Choosing the right foam for your seating project
August 16, 2017
From cockpit cushions with hull angles to bosun’s chairs and boat mattresses, choosing the best solution for cushion foam is a bit of a science. The task can feel daunting given the complexity of choices in foam types, materials, densities and compression factors, but choosing correctly is crucial to a project’s success.
Factor in comfort
When choosing foam for your cushion project, you generally need a balance of comfort, support and durability that is appropriate for your application. I recommend you have different foam samples on hand so your customers can evaluate their preferences during “sit tests.” This is especially valuable when working on custom projects.
Support: The thickness of the foam will affect its ability to support weight. Consider the weight of the person being supported. A larger person (more than 250 pounds) will need firmer foam.
Comfort: The softer the foam, the more comfortable it will be. Adding a Dacron® fiberfill wrap topper is an excellent way to add a bit of comfort while still having a good supportive foam. The fiberfill also helps in “filling out” the sides and edges of a firm foam inside the cushion covers. Since fiberfill compresses easily, cut your foam to size without compensating for the fiberfill; otherwise, you’ll end up with a boat cushion that has a baggy appearance.
Durability: Higher density foams have a much higher resistance to collapsing or bottoming out than lower density, inexpensive foams. Applications in which a cushion is used onboard a vessel should lean toward a higher density. Seating that is used only occasionally could use a lower density foam.
Open-cell foam is characterized as a soft material. The surfaces of the bubbles (the cells) are broken and interconnected so that air moves easily through all the spaces of the material when the foam is squeezed or compressed.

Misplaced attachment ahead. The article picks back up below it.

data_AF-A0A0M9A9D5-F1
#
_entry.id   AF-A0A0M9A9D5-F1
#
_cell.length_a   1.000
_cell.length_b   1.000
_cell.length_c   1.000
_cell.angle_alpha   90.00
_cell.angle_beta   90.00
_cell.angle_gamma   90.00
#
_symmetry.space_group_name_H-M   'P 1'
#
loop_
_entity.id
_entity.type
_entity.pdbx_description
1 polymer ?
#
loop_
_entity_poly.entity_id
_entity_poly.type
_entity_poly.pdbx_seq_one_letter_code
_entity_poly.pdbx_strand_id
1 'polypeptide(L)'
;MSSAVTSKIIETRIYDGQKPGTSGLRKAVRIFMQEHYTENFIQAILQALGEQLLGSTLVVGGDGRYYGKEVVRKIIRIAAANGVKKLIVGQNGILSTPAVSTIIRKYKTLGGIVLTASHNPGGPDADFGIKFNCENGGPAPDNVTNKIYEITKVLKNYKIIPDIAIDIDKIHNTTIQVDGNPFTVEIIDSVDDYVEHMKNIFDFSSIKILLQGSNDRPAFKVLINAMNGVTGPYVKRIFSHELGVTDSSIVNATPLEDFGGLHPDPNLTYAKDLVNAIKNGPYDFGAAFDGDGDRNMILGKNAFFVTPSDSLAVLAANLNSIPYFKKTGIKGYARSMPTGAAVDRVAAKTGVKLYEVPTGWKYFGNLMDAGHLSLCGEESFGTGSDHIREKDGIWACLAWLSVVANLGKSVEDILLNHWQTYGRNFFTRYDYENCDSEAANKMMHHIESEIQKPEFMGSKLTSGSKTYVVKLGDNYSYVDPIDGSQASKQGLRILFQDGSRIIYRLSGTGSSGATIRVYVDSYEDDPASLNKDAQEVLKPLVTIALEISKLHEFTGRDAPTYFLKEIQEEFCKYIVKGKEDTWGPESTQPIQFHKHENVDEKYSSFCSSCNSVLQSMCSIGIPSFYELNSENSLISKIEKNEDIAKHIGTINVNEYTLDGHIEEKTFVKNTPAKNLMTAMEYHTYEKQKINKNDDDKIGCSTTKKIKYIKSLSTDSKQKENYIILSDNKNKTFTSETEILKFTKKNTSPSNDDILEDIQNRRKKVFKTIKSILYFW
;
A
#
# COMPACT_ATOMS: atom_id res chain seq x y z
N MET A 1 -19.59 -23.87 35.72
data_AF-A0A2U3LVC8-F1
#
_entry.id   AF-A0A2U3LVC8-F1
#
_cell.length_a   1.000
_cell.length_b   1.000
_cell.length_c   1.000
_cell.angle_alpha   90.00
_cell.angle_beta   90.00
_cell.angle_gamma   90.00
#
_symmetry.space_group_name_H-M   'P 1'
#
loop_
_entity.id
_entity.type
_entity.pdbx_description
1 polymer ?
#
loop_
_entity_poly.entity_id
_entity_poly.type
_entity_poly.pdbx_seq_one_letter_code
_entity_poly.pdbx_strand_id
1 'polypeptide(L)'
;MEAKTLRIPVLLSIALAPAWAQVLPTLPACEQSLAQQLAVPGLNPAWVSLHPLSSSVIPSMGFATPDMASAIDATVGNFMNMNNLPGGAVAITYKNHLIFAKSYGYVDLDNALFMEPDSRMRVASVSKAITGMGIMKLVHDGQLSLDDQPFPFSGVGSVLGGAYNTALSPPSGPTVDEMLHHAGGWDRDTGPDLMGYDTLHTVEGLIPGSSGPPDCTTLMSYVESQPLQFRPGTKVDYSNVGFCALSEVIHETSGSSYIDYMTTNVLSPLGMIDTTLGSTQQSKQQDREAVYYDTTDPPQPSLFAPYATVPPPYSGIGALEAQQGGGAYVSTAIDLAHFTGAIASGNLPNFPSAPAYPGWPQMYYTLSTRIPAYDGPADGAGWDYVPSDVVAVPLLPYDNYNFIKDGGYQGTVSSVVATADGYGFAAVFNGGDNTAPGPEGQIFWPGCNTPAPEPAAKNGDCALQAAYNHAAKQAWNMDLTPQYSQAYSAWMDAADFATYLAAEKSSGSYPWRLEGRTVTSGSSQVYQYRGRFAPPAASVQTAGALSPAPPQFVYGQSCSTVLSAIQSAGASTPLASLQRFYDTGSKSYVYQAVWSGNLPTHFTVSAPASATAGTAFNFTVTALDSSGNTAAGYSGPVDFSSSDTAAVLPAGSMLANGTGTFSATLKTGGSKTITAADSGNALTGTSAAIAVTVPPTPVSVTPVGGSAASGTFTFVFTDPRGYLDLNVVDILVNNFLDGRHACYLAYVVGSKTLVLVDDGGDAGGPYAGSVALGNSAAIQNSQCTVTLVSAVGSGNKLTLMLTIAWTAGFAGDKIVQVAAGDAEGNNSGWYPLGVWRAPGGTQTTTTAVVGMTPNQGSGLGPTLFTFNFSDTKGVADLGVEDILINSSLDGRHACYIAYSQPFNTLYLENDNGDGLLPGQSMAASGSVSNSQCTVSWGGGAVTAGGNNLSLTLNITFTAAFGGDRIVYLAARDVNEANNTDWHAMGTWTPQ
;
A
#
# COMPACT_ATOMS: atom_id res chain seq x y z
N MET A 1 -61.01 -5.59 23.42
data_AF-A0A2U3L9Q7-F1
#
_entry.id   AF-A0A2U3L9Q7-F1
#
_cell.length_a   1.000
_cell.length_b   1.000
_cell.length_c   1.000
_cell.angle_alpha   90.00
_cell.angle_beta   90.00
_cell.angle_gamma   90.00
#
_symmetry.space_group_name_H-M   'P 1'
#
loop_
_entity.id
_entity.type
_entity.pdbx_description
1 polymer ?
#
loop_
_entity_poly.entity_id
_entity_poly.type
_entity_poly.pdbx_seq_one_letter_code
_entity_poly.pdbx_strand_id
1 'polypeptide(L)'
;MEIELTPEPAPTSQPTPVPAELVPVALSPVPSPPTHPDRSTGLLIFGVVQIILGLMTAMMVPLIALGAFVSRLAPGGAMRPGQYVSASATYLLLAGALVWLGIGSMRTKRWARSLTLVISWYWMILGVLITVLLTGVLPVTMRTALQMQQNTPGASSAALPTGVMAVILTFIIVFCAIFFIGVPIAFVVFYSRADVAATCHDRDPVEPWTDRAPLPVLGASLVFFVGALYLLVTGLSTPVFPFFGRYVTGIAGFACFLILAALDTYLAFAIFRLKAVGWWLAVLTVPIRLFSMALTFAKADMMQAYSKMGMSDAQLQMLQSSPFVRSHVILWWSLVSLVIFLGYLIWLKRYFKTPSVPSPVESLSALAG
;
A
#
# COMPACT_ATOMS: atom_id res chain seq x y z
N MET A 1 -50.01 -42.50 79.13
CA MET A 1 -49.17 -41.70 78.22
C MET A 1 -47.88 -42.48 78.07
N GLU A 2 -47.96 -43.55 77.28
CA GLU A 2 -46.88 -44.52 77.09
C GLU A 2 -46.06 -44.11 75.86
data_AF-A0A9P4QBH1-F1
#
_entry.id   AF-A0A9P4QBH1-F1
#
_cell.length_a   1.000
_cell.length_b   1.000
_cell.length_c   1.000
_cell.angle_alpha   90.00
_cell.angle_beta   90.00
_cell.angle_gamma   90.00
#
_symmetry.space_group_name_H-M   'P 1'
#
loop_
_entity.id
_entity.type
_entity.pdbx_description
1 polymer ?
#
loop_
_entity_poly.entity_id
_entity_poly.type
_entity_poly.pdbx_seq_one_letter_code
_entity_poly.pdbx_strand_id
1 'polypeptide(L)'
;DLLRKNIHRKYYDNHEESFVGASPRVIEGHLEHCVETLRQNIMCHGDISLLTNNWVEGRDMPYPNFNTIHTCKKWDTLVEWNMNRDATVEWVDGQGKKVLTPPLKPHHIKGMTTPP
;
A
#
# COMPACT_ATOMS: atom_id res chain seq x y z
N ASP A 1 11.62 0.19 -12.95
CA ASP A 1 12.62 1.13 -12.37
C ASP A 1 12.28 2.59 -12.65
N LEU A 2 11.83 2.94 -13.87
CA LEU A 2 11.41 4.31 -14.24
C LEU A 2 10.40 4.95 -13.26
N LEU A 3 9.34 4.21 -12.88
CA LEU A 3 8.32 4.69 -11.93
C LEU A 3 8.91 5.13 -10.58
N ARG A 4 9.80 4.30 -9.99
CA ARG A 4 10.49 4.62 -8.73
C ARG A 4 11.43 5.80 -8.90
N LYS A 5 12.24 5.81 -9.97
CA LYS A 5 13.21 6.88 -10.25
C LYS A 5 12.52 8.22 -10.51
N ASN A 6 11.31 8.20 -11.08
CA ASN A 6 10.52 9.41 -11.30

Open-cell foam types and uses:
- Polyurethane foam is the lowest quality of foam and will often not return to its original form.
- High-density foam is sold primarily for mattresses, average sofa and chair cushions, interior boat cushions and camping pads. Some vendors offer high-density foam (also called high resilient foam) used in expensive seating, including yachting and boating, because it is very buoyant and resilient.
- Memory foam, also known as miracle foam, wonder foam or viscoelastic foam, has additional chemicals that increase its viscosity and density. It is often used as extra padding atop a mattress as it is soft, comfortable and compacts rapidly as it conforms to a shape. Developed for space shuttle seating, it is used for mattresses and is the most unique foam currently on the market.
- Latex rubber foam is a non-allergenic foam. It was the first type of foam on the market and the longest lasting. It is used in top-of-the-line products including mattresses and cushions. It’s of better quality than high-density foam.
- Rebond foam is highly resilient and stands up to high impact usage.
- Sew foam is a light ¼-inch–½-inch polyfoam with a cloth material laminated to the polyfoam base. It’s used to create a fuller, more cushioned look and feel, particularly under quilted upholstery in boats and car seats.
- Shredded foam can be used in throw pillows, cushions, patio furniture and cushion backs. It is available in regular shredded foam and shredded memory foam.
- Dryfast foam, also known as outdoor foam, marine foam and open-cell foam, is highly recommended for outdoor use where moisture and water is prevalent. It does not absorb moisture like conventional foams and is widely used for boat cushions, boat mattresses and patio furniture. The large, open cells of Dryfast foam provide a degree of airflow not present in other foams, allowing it to dry quickly, even after complete saturation. It is antimicrobial and helps suppress microorganism growth common in damp areas.